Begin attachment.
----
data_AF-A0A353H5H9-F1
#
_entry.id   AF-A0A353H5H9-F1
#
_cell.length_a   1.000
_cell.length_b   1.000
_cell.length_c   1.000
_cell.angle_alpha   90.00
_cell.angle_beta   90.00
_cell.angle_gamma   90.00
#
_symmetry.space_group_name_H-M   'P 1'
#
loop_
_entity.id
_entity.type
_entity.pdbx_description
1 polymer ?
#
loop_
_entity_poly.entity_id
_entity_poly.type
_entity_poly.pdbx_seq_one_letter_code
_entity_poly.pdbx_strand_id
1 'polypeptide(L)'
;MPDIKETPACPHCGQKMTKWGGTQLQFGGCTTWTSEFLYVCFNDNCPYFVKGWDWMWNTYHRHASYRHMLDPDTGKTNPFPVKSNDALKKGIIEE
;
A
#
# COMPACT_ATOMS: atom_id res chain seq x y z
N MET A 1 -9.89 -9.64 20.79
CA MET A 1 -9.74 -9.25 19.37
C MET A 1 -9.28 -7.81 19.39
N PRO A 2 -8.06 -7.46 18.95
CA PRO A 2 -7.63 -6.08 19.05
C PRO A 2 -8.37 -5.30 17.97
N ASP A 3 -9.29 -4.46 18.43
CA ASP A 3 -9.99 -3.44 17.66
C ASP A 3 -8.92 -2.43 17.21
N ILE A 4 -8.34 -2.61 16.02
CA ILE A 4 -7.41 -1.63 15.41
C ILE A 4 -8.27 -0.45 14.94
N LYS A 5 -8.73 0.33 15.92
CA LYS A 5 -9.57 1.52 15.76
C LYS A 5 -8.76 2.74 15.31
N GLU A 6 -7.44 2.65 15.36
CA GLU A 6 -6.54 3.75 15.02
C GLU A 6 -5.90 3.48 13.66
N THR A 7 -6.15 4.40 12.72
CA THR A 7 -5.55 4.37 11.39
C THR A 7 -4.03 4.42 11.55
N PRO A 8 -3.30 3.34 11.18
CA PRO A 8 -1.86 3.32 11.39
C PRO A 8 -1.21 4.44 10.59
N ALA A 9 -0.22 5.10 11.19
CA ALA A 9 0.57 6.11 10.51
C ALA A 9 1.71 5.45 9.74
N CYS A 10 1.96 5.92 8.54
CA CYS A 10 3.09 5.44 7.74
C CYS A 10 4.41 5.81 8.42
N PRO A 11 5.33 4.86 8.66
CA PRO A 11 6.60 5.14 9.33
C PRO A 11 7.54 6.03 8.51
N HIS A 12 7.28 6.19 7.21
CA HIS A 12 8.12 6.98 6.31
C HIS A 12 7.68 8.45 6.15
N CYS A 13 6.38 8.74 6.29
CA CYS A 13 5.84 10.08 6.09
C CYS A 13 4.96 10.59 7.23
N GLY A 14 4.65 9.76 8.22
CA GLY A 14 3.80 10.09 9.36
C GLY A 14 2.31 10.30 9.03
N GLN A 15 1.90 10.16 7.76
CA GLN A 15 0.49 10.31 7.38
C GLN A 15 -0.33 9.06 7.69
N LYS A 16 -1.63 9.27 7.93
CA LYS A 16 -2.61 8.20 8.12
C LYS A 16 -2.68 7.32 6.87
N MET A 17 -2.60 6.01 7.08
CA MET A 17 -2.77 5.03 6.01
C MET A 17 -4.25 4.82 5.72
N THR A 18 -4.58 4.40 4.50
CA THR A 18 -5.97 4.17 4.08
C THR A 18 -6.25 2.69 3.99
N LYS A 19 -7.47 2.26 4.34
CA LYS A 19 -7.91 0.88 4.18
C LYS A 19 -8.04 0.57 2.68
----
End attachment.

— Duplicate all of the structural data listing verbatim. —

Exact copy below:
data_AF-A0A353H5H9-F1
#
_entry.id   AF-A0A353H5H9-F1
#
_cell.length_a   1.000
_cell.length_b   1.000
_cell.length_c   1.000
_cell.angle_alpha   90.00
_cell.angle_beta   90.00
_cell.angle_gamma   90.00
#
_symmetry.space_group_name_H-M   'P 1'
#
loop_
_entity.id
_entity.type
_entity.pdbx_description
1 polymer ?
#
loop_
_entity_poly.entity_id
_entity_poly.type
_entity_poly.pdbx_seq_one_letter_code
_entity_poly.pdbx_strand_id
1 'polypeptide(L)'
;MPDIKETPACPHCGQKMTKWGGTQLQFGGCTTWTSEFLYVCFNDNCPYFVKGWDWMWNTYHRHASYRHMLDPDTGKTNPFPVKSNDALKKGIIEE
;
A
#
# COMPACT_ATOMS: atom_id res chain seq x y z
N MET A 1 -9.89 -9.64 20.79
CA MET A 1 -9.74 -9.25 19.37
C MET A 1 -9.28 -7.81 19.39
N PRO A 2 -8.06 -7.46 18.95
CA PRO A 2 -7.63 -6.08 19.05
C PRO A 2 -8.37 -5.30 17.97
N ASP A 3 -9.29 -4.46 18.43
CA ASP A 3 -9.99 -3.44 17.66
C ASP A 3 -8.92 -2.43 17.21
N ILE A 4 -8.34 -2.61 16.02
CA ILE A 4 -7.41 -1.63 15.41
C ILE A 4 -8.27 -0.45 14.94
N LYS A 5 -8.73 0.33 15.92
CA LYS A 5 -9.57 1.52 15.76
C LYS A 5 -8.76 2.74 15.31
N GLU A 6 -7.44 2.65 15.36
CA GLU A 6 -6.54 3.75 15.02
C GLU A 6 -5.90 3.48 13.66
N THR A 7 -6.15 4.40 12.72
CA THR A 7 -5.55 4.37 11.39
C THR A 7 -4.03 4.42 11.55
N PRO A 8 -3.30 3.34 11.18
CA PRO A 8 -1.86 3.32 11.39
C PRO A 8 -1.21 4.44 10.59
N ALA A 9 -0.22 5.10 11.19
CA ALA A 9 0.57 6.11 10.51
C ALA A 9 1.71 5.45 9.74
N CYS A 10 1.96 5.92 8.54
CA CYS A 10 3.09 5.44 7.74
C CYS A 10 4.41 5.81 8.42
N PRO A 11 5.33 4.86 8.66
CA PRO A 11 6.60 5.14 9.33
C PRO A 11 7.54 6.03 8.51
N HIS A 12 7.28 6.19 7.21
CA HIS A 12 8.12 6.98 6.31
C HIS A 12 7.68 8.45 6.15
N CYS A 13 6.38 8.74 6.29
CA CYS A 13 5.84 10.08 6.09
C CYS A 13 4.96 10.59 7.23
N GLY A 14 4.65 9.76 8.22
CA GLY A 14 3.80 10.09 9.36
C GLY A 14 2.31 10.30 9.03
N GLN A 15 1.90 10.16 7.76
CA GLN A 15 0.49 10.31 7.38
C GLN A 15 -0.33 9.06 7.69
N LYS A 16 -1.63 9.27 7.93
CA LYS A 16 -2.61 8.20 8.12
C LYS A 16 -2.68 7.32 6.87
N MET A 17 -2.60 6.01 7.08
CA MET A 17 -2.77 5.03 6.01
C MET A 17 -4.25 4.82 5.72
N THR A 18 -4.58 4.40 4.50
CA THR A 18 -5.97 4.17 4.08
C THR A 18 -6.25 2.69 3.99
N LYS A 19 -7.47 2.26 4.34
CA LYS A 19 -7.91 0.88 4.18
C LYS A 19 -8.04 0.57 2.68